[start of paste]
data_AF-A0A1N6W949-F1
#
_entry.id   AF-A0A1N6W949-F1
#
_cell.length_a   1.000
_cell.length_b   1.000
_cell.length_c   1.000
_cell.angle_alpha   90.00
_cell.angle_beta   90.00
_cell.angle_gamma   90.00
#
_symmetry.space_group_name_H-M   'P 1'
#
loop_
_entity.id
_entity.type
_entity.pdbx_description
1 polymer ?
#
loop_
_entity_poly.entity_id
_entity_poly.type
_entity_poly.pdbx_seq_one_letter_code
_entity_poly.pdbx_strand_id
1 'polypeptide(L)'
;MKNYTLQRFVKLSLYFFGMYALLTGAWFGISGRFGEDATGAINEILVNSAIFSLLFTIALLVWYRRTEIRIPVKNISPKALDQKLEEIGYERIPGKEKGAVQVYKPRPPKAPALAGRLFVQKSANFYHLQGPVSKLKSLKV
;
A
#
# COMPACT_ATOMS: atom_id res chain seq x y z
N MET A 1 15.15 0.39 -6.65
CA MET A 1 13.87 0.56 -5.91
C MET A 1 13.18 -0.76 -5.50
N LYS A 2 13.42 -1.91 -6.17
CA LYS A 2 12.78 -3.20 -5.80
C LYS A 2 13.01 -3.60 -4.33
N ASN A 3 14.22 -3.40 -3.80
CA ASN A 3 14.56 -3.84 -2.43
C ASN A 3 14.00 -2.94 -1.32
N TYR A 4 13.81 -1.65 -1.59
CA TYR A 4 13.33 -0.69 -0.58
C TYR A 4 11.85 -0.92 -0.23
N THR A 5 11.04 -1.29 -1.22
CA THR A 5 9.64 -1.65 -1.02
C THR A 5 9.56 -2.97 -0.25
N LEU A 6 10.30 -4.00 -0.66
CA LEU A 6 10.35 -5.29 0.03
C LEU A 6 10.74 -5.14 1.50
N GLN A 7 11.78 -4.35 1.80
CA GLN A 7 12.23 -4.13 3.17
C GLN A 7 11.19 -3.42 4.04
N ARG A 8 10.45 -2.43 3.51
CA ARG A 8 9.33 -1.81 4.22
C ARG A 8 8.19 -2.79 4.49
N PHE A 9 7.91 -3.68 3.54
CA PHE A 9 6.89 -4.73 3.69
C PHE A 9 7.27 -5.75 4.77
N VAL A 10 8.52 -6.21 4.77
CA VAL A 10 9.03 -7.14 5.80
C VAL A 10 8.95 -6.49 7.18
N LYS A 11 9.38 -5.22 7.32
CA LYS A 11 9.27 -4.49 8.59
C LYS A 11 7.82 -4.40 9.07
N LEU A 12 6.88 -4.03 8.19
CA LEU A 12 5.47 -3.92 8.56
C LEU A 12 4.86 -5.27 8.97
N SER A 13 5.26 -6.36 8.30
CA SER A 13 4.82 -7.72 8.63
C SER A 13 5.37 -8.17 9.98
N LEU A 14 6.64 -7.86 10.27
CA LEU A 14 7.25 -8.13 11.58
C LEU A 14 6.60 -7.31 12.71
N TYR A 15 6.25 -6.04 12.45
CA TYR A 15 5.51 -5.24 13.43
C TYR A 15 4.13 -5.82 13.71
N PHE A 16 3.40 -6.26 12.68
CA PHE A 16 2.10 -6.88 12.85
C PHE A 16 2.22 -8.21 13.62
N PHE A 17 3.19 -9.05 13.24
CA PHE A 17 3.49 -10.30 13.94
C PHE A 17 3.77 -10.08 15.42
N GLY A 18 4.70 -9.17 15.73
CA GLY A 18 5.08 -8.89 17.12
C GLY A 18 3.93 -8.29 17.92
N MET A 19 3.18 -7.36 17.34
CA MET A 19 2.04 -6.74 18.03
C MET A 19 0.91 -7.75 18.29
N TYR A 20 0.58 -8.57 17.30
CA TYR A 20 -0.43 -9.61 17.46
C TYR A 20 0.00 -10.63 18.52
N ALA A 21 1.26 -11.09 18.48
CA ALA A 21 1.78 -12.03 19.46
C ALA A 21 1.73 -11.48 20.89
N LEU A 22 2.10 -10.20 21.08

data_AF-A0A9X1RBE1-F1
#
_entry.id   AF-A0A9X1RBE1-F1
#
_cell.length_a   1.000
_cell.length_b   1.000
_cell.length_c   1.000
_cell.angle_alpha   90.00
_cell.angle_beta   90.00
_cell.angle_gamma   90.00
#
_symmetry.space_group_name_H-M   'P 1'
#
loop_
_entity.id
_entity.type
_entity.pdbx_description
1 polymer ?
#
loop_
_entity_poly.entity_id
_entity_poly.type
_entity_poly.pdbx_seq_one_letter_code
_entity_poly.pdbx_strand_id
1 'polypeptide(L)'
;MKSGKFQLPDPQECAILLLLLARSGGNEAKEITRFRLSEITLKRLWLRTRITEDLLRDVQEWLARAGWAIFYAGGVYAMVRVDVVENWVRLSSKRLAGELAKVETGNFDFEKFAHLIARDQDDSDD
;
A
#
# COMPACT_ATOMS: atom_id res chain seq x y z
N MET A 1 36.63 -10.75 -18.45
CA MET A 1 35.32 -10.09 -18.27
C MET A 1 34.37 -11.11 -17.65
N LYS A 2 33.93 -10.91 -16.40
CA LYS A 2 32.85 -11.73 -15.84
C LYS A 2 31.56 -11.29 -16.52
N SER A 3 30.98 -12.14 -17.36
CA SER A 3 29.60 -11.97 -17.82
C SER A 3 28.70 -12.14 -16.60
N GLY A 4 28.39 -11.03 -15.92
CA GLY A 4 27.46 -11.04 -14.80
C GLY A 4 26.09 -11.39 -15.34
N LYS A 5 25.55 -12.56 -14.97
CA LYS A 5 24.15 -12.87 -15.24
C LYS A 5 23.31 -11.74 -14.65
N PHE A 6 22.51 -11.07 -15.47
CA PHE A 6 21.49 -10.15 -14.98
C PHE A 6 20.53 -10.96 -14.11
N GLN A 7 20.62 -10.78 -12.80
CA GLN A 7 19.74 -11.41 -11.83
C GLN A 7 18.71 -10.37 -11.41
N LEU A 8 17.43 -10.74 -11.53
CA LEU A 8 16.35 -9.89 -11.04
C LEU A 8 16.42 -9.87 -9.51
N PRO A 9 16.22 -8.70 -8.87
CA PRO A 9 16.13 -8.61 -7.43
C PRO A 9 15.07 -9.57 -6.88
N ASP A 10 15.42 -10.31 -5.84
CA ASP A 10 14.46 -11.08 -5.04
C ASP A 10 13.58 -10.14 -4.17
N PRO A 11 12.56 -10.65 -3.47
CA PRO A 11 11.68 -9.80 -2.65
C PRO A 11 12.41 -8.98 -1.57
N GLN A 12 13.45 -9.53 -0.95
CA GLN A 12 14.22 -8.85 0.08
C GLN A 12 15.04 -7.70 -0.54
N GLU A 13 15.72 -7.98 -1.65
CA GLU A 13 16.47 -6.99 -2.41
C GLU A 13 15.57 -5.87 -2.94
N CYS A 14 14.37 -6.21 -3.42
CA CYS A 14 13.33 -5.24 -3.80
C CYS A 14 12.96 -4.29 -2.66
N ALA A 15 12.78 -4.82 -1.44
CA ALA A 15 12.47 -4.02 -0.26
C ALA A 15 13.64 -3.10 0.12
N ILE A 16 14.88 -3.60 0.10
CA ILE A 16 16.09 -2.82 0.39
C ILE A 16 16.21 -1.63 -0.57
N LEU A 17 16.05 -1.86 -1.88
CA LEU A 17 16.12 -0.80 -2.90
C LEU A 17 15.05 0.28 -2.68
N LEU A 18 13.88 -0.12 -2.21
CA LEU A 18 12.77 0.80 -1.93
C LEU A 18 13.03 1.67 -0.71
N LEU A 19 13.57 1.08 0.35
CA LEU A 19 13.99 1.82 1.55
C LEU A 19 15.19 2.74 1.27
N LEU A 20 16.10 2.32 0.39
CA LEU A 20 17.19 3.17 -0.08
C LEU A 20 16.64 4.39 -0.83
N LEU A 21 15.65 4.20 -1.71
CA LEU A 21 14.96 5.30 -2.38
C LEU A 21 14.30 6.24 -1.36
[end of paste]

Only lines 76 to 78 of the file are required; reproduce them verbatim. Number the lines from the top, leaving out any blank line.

N PHE A 16 3.40 -6.26 12.68
CA PHE A 16 2.10 -6.88 12.85
C PHE A 16 2.22 -8.21 13.62